Can red wine undo the negative effects of bad eating?
It appears that, yes, regular red wine drinkers have another compelling health reason for their practice. Scientists recently revealed a new benefit of resveratrol, a substance that naturally occurs in berries, skin of grapes and red wine.
Studying resveratrol’s effect on rhesus monkey diet, the team of Georgetown University professor Dr. J.P. Hyatt proposed that supplementing with this natural compound can counter the negative effects of a high-fat, high-sugar diet on one’s hind leg muscles.
Resveratrol has previously shown to improve lifespan of and delay diabetes onset in mice, even mirroring the positive impact of an aerobic fitness routine in one study.
The researchers fed the first monkey group an ideal diet and provided another one a high-fat, high-sugar diet, with half of the second group given a resveratrol supplement. They examined the muscles located in the back of the leg that would likely respond to resveratrol: “slow” muscle, “fast” muscle and “mixed” muscle.
“It was hypothesized that age and a high fat/high sugar diet would induce a slow to fast myosin heavy chain (MHC) shift,” wrote the authors in the journal Frontiers in Physiology.
A large one extending from the knees to the heels, the soleus muscle is classified as a “slow” muscle extensively employed in walking and standing. Of the muscles in the lower hind leg examined in the research, it appeared to be most affected by high-fat, high-sugar diets and resveratrol supplementation, perhaps partly because it is used far more frequently than the others.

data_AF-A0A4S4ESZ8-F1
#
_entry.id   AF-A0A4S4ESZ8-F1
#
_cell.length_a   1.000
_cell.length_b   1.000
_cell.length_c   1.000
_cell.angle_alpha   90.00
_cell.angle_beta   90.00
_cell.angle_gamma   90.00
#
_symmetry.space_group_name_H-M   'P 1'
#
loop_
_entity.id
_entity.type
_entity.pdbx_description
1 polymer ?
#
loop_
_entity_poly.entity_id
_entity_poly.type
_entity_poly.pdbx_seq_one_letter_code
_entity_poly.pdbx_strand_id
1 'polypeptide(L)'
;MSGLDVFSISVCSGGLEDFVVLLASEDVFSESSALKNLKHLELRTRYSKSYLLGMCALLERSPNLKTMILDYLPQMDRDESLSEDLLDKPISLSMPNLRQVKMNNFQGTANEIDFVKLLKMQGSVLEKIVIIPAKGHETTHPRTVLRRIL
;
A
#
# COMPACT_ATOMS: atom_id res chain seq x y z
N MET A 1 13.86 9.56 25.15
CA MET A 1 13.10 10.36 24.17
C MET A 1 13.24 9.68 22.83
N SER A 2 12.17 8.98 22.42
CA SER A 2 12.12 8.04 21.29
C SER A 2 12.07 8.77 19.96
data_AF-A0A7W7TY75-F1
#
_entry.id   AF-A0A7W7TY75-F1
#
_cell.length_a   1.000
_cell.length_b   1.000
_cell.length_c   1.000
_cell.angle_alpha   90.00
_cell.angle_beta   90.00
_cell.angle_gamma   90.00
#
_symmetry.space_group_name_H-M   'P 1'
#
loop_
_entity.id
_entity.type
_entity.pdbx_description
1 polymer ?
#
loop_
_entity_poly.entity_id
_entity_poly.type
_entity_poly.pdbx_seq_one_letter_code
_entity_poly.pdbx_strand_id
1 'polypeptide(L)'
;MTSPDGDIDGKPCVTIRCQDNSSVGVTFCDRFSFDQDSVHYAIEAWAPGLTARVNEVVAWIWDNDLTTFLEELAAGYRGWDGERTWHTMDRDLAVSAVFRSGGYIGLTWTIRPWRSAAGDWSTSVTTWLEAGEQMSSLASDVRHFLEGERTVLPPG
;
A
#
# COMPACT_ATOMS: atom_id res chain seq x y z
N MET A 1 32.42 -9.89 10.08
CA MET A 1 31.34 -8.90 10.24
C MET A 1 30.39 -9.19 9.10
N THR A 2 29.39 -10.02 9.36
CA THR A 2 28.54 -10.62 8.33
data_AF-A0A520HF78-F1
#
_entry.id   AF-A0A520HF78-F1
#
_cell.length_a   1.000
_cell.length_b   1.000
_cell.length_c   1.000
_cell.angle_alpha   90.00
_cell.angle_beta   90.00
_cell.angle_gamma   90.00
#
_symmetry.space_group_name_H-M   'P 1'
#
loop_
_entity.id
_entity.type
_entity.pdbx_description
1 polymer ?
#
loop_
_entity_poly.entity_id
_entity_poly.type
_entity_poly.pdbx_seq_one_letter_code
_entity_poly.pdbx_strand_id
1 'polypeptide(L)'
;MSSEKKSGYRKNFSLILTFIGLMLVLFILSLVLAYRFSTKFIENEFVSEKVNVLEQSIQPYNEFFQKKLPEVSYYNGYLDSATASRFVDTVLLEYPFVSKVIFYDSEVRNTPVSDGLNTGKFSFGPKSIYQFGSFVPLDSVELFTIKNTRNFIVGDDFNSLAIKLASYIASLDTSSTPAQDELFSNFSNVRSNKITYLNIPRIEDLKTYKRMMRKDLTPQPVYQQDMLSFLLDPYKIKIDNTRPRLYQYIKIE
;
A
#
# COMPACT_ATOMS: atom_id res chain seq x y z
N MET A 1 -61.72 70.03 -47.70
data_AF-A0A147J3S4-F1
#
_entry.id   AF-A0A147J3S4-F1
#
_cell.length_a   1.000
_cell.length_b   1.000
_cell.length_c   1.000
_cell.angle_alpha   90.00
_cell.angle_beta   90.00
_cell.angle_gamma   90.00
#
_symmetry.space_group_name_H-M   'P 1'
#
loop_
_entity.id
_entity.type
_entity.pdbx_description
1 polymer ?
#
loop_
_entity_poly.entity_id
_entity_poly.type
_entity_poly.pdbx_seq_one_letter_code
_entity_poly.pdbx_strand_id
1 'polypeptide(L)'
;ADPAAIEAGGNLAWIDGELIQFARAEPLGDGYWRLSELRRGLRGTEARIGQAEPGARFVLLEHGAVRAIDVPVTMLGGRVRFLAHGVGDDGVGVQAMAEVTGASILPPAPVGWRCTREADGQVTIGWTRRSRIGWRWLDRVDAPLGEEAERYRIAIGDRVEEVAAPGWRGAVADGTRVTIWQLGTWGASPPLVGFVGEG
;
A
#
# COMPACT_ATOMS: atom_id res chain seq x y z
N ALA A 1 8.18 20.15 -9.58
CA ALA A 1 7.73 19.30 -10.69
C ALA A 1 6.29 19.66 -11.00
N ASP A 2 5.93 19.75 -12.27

In this particular muscle, a protein called myosin – which assists in contraction and determines fast or slow action – moved from slower to faster with an unhealthy diet, with resveratrol counteracting the said shift.
A separate muscle called the plantaris, found along the back of the calf, did not respond negatively to the same diet – but reacted positively to the supplement, demonstrating a fast to slow myosin shift.
"The maintenance or addition of slow characteristics in soleus and plantaris muscles [implies] that these muscles are far more fatigue resistant than those without resveratrol,” explained Hyatt, adding that skeletal muscles that are slow are better able to sustain long-term activity and can enhance the physique, stability and mobility in the elderly.
The team, however, states that a daily recommended serving of red wine or fruits cannot do all the work; healthy eating, after all, is still part of the formula to wellness.
Separate research recently suggested that a high-fat, high-sugar diet can also impair one’s ability to stop eating when already full, another likely reason for putting on unwanted weight.
In the experiment, those fed a Western diet – compared with a healthy diet – had poorer memory task scores, poorer recollections of what they ate for snacks, reduced feelings of fullness and a greater consumption during lunch.
What this reflected was not necessarily calories as the evil behind cases of obesity and being overweight, but the sore lack of sensitivity to feelings of fullness, which leads to more food intake.
Photo: Daniella Segura | Flickr